But I digress…
I picked up Beady Eye. I listened to it. I reserve my comments for later.
I waited for Noel’s response. It showed up at the store on a big enough week that it could have gotten lost in the shuffle of all I had picked up that day. But after one listen, then another, I was convinced. It was Noel that had moved away from what had become Oasis. High Flying Birds is less over-baked Beatles and more… Noel. It’s considerably less cluttered than the last two Oasis albums, leading one (me) to think that perhaps it was Liam’s need to seem like the “Lennon” of the group that the band was pushed into rather lackluster sonic territory, sacrificing songs for sound. And not pulling it off. Yes, it’s a subtle record. But this is the guy who wrote some of the better ballads in 1990s English rock. He’s still writing catchy tunes, no matter what tempo, and while his “descendants” get lost in over-wrought melodic patterns, Noel keeps it simple. He’s no dummy, this is what made the early Oasis such a force. It wasn’t about experimentation, per se, it was about building up from great songs. That was the failing of Be Here Now — great songs slathered in a thick layer of Caddyshack sized piles of cocaine-addled, uh… “creativity.” This is the document of an artist comfortable with his own legacy, and willing to be influenced by it.
“Everybody’s On the Run,” the opener, is classic Noel. It’s that whole “you against them” vibe, simply done, well produced, and — if possible — gently anthemic. “Dream On” manages to erase the bad feelings that “Mucky Fingers” gave me on Don’t Believe the Truth, and if there’s one criticism that might pop up, it could be that that “gentle anthem” trend, further exemplified by track three, “If I Had a Gun…” is Noel not trying hard enough. But how many times have we, as music critics, hailed some troubled — or newly solo artist — when they release their “freedom” record, which is packed to the gills with anthems, both gentle and bombastic? Come on, this is Noel, free of the constraints of the Oasis “brand,” free to explore ideas without a certain detractor — who would probably shoot down any good idea if his vitriol against his older brother was at critical mass.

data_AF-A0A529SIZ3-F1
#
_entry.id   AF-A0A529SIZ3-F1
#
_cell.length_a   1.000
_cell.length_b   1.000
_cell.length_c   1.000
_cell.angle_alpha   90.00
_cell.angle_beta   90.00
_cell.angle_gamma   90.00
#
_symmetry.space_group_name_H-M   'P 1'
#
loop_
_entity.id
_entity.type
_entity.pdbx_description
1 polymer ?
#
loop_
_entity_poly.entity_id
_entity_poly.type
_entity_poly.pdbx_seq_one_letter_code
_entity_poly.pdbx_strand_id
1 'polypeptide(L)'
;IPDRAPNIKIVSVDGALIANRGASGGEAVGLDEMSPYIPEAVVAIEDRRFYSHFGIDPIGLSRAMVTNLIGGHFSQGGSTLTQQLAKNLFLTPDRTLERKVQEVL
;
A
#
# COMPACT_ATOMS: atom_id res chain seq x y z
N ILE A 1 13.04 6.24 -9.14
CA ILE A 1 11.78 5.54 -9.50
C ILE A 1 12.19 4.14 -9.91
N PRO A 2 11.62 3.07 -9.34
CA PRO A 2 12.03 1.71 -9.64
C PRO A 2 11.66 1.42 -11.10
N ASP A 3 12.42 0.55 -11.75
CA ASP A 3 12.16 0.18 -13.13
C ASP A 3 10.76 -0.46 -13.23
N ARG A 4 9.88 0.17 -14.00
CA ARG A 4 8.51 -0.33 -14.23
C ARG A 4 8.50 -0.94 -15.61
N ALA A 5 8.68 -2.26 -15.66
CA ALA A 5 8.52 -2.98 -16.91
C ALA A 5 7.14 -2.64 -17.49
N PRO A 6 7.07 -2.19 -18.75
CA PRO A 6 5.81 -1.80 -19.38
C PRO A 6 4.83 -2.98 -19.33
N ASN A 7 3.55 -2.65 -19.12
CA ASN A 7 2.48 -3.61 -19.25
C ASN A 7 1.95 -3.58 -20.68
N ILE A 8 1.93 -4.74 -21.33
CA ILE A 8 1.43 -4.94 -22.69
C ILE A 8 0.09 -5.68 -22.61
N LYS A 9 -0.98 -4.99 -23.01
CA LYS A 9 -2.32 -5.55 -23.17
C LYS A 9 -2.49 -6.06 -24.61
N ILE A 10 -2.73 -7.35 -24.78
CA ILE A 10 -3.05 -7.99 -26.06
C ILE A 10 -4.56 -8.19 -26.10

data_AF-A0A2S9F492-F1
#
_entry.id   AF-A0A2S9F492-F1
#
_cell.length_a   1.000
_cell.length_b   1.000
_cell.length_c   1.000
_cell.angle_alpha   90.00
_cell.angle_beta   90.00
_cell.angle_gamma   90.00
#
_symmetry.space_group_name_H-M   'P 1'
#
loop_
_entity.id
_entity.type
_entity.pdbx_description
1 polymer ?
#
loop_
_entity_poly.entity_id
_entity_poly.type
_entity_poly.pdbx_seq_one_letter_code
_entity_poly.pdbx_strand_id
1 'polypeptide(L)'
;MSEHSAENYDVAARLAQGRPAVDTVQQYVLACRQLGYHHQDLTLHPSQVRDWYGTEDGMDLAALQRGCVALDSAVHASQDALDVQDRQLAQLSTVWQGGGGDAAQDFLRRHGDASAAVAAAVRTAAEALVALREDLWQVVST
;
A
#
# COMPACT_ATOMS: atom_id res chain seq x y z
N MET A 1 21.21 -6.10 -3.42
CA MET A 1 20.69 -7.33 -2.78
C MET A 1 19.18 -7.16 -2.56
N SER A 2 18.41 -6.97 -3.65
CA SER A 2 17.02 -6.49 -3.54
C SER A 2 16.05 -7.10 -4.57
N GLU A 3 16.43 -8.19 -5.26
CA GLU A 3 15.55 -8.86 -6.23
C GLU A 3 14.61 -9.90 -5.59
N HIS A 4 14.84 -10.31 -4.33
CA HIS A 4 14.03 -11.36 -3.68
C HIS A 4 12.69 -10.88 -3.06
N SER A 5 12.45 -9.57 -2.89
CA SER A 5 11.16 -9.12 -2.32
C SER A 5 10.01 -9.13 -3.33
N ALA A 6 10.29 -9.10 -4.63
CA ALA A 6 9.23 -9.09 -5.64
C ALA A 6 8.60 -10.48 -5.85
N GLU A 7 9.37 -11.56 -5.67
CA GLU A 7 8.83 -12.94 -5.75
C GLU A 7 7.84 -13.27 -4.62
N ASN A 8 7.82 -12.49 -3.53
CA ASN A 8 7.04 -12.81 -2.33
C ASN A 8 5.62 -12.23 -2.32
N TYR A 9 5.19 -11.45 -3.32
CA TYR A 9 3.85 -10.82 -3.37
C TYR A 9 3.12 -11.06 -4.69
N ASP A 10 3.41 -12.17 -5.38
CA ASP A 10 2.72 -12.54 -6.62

The fun side of Noel is here too. “The Death of You and Me” is pure English rock/music hall straight out of his musical education. Yeah, there are strings on the album. Yes, there are painfully obvious peons to the Kinks, Beatles, and… Oasis. If you had a strong musical pedigree surrounding you, wouldn’t you let yourself be influenced by it? Seems natural to me. Even those that “fight the system” have influences. To be fair, the only time Noel explores the bombast of his former guise is on the closer, “Stop the Clocks,” which originally saw the light of day as an Oasis tune.
The standout on High Flying Birds, is the side two opener, “Aka… What a Life!” Fact is, the best Noel Gallagher tunes were NOT straight up Beatles (if one takes a moment, it’s important to remember that it was Liam that was hell-bent on hitching his legacy to the Fab Four) rip-offs, they were the tunes that made you walk with your chin held a little higher, the ones that gave you the gumption to chat up that girl at the bar, the one you sang along with with your friends (probably at that same bar.) It’s probably the most “Noel” track and the least of what you’d expect from him, all at once. Funky guitars, a danceable (!) beat, additional guitars that don’t sound quadruple-tracked, this is the song on the record that proved — to me — that this was the album that best explained how Oasis happened.
What’s next? Who knows. It would seem that Noel has a lot less to lose than Liam. Noel can assemble any band he wants. (Hell, I’d like to see him do a show with Bonehead and Guigsy, but that’s not gonna happen.) Since Standing on the Shoulder of Giants, I’d been enjoying Oasis albums, but not loving them. I love this album.
Score: 9 out of 10. No prizes for guessing that Beady Eye won’t measure up to this.